There is an old adage: Sunlight is the best disinfectant. And for over two decades, National Association of Mortgage Field Services (NAMFS) members have been living in a deep, dark cave. And when many of the latest elopements of NAMFS firms such as Guardian Asset Management and Chronos Solutions sold off to New Residential Investment Corp; when Northsight Management was gobbled up by Hudson Homes, the parent companies forgot to do a skirt check on their new beaus. In the case of Guardian and Chronos, both firms seemed to forget that a majority of their valuation was hinged to US Department of Housing and Urban Development (HUD) Management and Marketing (M&M) contracts. In the case of Guardian, $35 Million Dollars, in a non competitive award of multiple one year contracts to be precise. A Senior HUD Official stated this about how much of that $35 Million would be payable,
FPDS captures obligations and base + all options or “ceiling” value of the contracts. However, it doesn’t show expenditures. Based on what I’ve seen historically with FSM, I’d say actual expenditures are typically 15% – 20% less than obligations, assuming no major fluctuations in inventory.
Not a bad fluff for a firm not building out substantial profits in other channels. Only problem is that when firms like Guardian and Chronos sold off, they did not inform HUD and presumed that their HUD M&M contracts would come along for the ride. Not so. In fact, here is what a Senior HUD Official had to say about the current state of play, with respect to those contracts,
The simple answer is that no final decision has been made, but it could very well result in litigation between the Department and the parent company. Their attorneys have been going back and forth with HUD counsel trying to avoid a Novation.
And it is not simply the fact that these firms are marketing themselves as a proverbial bowl of cherries. They are purposefully not disclosing the true state of affairs. In the case of Northsight Management’s sale to Hudson Homes, the reality is that it is a veritable shit show. First and foremost, Northsight’s ability to even perform on their overextended coverage is marginal, at best. Their C Level management must be on the beach somewhere as internal operations are virtually non existent. The flagship phone app, Pruvan, is so overloaded that logging in is next to impossible. Pruvan lays the blame on Northsight — ironic as Pruvan is responsible for scalability — for overloading the network. Here was Pruvan’s solution, in a recent phone call, with Labor,
They have hundreds of contractors in 25 different states. This overloads the system under the single domain. You could purchase a plan from us, though, and not experience that issue.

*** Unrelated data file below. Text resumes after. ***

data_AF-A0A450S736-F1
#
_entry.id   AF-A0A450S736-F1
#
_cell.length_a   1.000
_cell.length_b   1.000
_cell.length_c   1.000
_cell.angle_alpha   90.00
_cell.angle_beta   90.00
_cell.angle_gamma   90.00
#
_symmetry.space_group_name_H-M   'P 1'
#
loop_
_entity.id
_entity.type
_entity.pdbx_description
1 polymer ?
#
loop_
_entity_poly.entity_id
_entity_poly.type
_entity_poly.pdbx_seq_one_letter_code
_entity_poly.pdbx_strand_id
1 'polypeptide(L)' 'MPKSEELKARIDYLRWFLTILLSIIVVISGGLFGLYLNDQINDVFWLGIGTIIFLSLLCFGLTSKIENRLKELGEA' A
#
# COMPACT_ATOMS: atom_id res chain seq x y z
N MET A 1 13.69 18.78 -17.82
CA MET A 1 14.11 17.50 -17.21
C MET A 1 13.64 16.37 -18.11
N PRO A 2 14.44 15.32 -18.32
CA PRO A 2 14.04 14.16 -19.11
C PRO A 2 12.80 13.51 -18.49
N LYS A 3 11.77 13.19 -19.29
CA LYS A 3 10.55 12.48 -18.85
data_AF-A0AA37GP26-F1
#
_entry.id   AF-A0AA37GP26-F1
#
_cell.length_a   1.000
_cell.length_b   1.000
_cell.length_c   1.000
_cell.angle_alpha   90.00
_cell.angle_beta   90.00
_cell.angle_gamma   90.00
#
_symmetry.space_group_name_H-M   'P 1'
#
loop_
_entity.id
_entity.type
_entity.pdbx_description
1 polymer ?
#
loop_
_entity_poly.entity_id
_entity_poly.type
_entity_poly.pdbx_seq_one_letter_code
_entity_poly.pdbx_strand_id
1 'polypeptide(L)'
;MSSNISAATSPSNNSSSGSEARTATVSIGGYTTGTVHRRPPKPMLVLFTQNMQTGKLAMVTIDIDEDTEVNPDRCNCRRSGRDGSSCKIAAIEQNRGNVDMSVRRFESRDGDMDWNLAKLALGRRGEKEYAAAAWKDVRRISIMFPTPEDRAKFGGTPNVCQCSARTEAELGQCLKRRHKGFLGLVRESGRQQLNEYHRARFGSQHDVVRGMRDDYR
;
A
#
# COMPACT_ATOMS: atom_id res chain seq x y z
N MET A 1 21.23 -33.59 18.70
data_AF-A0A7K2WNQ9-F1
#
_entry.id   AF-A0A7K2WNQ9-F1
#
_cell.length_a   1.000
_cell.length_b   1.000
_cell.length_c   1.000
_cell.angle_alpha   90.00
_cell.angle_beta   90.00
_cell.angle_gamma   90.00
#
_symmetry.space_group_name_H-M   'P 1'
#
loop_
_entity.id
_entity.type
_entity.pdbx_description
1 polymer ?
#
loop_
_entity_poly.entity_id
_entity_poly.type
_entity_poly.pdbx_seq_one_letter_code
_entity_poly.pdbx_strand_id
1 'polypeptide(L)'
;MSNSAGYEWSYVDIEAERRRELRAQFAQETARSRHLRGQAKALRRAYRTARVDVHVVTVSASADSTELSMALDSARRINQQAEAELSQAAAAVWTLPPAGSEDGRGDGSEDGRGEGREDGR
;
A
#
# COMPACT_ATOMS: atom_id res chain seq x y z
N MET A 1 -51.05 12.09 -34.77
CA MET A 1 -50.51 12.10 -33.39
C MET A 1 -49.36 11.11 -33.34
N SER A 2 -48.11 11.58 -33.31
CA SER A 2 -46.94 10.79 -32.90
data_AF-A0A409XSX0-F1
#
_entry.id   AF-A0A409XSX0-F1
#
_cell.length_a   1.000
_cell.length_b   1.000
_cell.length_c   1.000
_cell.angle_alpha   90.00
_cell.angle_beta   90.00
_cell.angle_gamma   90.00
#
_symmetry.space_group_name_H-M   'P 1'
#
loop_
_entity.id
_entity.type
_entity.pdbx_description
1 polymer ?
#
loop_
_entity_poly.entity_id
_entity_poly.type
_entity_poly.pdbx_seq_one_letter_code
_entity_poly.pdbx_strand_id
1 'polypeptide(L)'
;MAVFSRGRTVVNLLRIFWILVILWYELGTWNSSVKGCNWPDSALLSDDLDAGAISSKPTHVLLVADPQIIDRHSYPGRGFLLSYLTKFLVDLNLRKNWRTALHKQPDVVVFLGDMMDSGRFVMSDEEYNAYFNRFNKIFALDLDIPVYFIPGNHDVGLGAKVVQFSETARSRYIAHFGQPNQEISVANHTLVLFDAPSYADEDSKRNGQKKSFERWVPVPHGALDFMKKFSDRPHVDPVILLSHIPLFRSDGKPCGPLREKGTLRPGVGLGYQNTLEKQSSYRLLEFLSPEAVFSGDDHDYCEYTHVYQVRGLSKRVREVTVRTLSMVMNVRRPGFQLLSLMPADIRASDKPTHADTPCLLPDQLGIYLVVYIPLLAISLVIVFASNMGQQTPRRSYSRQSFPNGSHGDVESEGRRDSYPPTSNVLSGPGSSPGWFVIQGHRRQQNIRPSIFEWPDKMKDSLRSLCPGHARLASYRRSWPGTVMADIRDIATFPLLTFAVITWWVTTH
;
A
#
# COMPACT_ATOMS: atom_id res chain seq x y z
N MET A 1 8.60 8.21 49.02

Really? I mean this is the blind, leading the deaf, leading the dumb. And it is not going unnoticed by Hudson. Hudson had two work horses for years: Northsight and the former Ameritrust — now ResiPro. And while ResiPro is having their large scale rehab and restoration network dismantled by Hudson; while Hudson seems hellbent in moving the restoration channel over to their newly acquired Northsight Management, ResiPro will handle the tenant occupied space for the long term, foreseeable future.
It isn’t simply that these firms are experiencing the difficulty of revealing transparency, with respect to their new owners. It is also the simple and salient fact that deadlines can no longer be faked. Oh, the same ‘ol off books work orders are going out, it is the fact that any newly onboarded Labor are assaulted with unrealistic timelines, margins which do not even work south of the border, and a healthy distrust with respect that none of these firms have ever informed Labor that they were purchased — even MCS admitted to their networks that they purchased M&M Mortgage.
The rot from within is best exhibited by an attempt to throw newly minted money at dysfunctional managerial problems. Northsight’s attempt to throw roughly a million dollars YOY at a new office in Independence, Ohio, under the oversight of Bill Roach, former Senior Vice President at ServiceLink, truly demonstrates why the current management will potentially be let go come the new year. And I doubt that either firm even considered investing money in Labor. I am willing to bet that most pricing, at both firms, has precipitously dropped.
If you think it will get better, you are sadly mistaken. In several weeks, moratoriums will be issued on all new foreclosures which will extend through January, 2020. With volumes as such low levels, I will be surprised if we do not see yet a new wave of mergers, acquisitions, and bankruptcies.
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